Linda Connors
Gallop On Farm

Having a business free of debt isn’t essential, however creating a healthy monthly cash flow to satisfy debts is. I’m here to share a few thoughts and truths I’ve come across in the last 30 plus years of making a living as a professional in the horse industry.


Linda Connors

Linda Connors has been an instructor, trainer, consultant and judge in the Hunter Industry for over 35 years. She has produced State, National, and World Performance Champions in the American Quarter Horse Assoc. (AQHA).

After becoming a U.S. Equestrian Federation judge in the Hunter and Equitation Divisions, Linda, was invited to teach Judges Seminars for AQHA and other breed associations. She also holds a Hunter Card for AQHA and is an Honorary Vice President of AQHA . Linda writes for national publications, publishes a newsletter for professional horsemen, does consulting work, appears at speaking engagements, holds seminars and clinics and runs ten horse shows each year.

Linda has been liaison to represent NY on the State Horse Council Committee, sits on the Farm Bureau's Equine Commodities Committee, Cornell University Animal Science Advisory Board and the Morrisville University Equine Advisory Committee.

Linda is the owner & manager of Gallop On Farm. She is a third generation equestrian.

Basic Cash Flow Producing Services:

Negative Cash Flow

1. Board
This is a total loss leader. Labor intense and cash poor. In one hand and out the other is not
positive cash flow!

2. Breeding
Start with a small fortune they say …………
You’ll have to be lucky or rich. Those of you who have bred horses for any length of time already know…………..
You know all about sick foals, losing mares, abortions, mares that just won’t catch. You know what it takes to get one to the point of sale, which for everyone except the race horse industry is usually 2-4 years of age, ready to ride or riding. In that span of time they usually manage to “eat, vet and farrier” their way out of a profit.

3. Sales
A very small percentage of professionals actually make money buying and selling if they honestly admit what they put into a horse.
Marketing a horse can include the following “out of pocket” expenses:
Daily care

4. Training
My #4 sits in the middle of the cash flow equation. It can be a money maker or it can be a costly time waster.

Many disciplines in our horse sports offer varied opportunity to train. Dressage horses, Hunters, Jumpers, Race horses, Event horses, Miniature horses, Gaited horses and Driving horses all have special training needs. Not every rider is trainer material but if you are, adding training to your services, may or may not produce cash flow.

Training is in addition to board. Remember board is a poor cash flow option. Your training should be shown as an addition on your menu of services. Give your pricing some thought. Thirty days in a month, realistically you’ll ride every other day, 15 rides X $20 is an addition of $300 to the month. In my opinion that isn’t enough money.

Most pleasure horse trainers are up to a minimum of $400 a month in addition to board. In my experience, Race horse trainers are better business people as a whole and race training is usually way more expensive than that paid by the pleasure industry.

What decides if training is a negative or a positive addition to your offered services is what you charge. Be realistic. What are you worth? How long does it actually take to get the horse out, tack it up, ride and put it away.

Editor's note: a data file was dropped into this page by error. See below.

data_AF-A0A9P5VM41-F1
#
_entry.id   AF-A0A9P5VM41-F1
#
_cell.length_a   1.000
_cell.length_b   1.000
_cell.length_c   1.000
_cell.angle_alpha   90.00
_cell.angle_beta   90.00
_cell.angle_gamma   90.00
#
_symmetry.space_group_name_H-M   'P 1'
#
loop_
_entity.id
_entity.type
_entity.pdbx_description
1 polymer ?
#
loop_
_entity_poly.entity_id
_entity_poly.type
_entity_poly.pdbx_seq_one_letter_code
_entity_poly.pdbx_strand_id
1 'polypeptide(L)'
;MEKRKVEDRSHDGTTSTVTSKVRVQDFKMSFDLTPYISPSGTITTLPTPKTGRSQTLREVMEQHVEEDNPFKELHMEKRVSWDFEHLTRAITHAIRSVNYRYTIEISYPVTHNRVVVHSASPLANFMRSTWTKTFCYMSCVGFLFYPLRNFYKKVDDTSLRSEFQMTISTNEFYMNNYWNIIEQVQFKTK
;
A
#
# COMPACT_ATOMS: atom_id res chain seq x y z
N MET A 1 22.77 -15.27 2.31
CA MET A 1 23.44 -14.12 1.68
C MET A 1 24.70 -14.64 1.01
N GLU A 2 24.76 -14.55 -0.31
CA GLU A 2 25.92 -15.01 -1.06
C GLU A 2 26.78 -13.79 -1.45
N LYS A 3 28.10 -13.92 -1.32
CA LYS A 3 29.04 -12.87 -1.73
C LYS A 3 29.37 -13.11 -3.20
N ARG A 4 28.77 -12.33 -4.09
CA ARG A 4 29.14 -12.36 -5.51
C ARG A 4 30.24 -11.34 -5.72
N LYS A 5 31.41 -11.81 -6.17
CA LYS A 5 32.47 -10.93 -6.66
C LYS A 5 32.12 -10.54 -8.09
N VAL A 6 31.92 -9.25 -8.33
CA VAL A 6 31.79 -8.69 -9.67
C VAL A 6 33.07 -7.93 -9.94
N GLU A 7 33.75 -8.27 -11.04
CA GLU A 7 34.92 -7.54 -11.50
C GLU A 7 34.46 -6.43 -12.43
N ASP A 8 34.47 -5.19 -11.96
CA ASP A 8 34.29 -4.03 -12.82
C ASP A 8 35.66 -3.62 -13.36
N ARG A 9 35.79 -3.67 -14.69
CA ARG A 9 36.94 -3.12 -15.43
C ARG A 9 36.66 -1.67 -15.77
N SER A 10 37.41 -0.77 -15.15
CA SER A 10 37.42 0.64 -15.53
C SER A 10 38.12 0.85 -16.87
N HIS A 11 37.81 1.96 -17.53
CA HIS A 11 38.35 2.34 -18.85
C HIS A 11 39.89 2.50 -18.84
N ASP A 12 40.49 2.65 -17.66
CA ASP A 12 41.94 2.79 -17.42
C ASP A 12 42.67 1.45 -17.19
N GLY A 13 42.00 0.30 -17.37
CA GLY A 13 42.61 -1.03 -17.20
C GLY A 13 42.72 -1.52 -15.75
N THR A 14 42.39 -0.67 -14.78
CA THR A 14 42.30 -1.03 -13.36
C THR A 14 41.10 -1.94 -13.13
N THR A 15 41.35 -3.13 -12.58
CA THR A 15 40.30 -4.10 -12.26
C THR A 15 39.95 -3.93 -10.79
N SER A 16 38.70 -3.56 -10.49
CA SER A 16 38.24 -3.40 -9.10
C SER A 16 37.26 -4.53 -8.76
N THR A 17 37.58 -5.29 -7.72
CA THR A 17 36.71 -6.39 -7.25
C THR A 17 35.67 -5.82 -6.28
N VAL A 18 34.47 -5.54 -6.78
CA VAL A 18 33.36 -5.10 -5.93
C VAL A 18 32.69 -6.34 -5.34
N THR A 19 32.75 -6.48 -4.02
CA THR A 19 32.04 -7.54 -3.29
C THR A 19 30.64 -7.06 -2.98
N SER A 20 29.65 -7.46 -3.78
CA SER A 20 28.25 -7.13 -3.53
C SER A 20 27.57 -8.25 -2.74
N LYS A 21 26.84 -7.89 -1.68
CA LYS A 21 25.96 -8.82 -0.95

Discussion of other possibilities concerning the aforementioned activities as negative cash flow.

Positive Cash Flow
The name of this lecture is “Cash Is King” I offer to you as #1 on my “cash flow” chart:

One good horse (which is one unit overhead of board) can generate multiple levels of cash flow
a. weekly lessons
b. camp
c. leasing
d. show rental

1 week’s potential income:
5 lessons @ $25 = $125
1 camp @ $300 = $300
1 monthly lease @$400 = $100
1 one day horse show @$25 rental
@$50 school = $75
x 4 Weeks

Compare this to board with a gross income of $400/month.

I love my lesson horses!

My personal thoughts on the lesson business and its impact on the horse business in general.

Coaching is a logical extension of the lesson program since most students enjoy competing and measuring their skills. Accompanying your lesson students to the shows or competitions is part of your job and you should expect to be paid for it.

On the road all of your overhead should be paid.
Travel – room – meals. These expenses are added up for the duration of the time away and divided by the number of clients going. This takes your overhead to $0 on the road. Day charges usually range anywhere from $35 to $100 and over per day.

At $50 per person with 10 riders, that’s $500 a day.
Trucking, should also generate income.
Coaching gives you the opportunity to market yourself and any sale horses you might have.
Attending even one show a month can significantly impact your positive cash flow.
You do charge coaching fees at the shows, don’t you?

More to think About
Besides coaching there are other activities that go hand in hand with the lesson business.
The following can be useful in producing cash flow:
Handicapped/Special Olympics
Hold horse shows
Clinics: teach/host

Another area that needs a look: Free Lance Instructor - No property/No investment!

Thoughts on structuring your client’s payment schedules to produce a consistent cash flow.

Suggestions that might turn a negative cash flow positive.

A run through of monthly bills that impact your thinking when deciding on what to charge:
Barn loan payments or facility rental
Feed costs
Vet & Farrier
Gas & Electric
Repair & supplies

A final question:
If it doesn’t produce a profit why are you doing it?
Passion had better be the big player!
What I want to leave you with.

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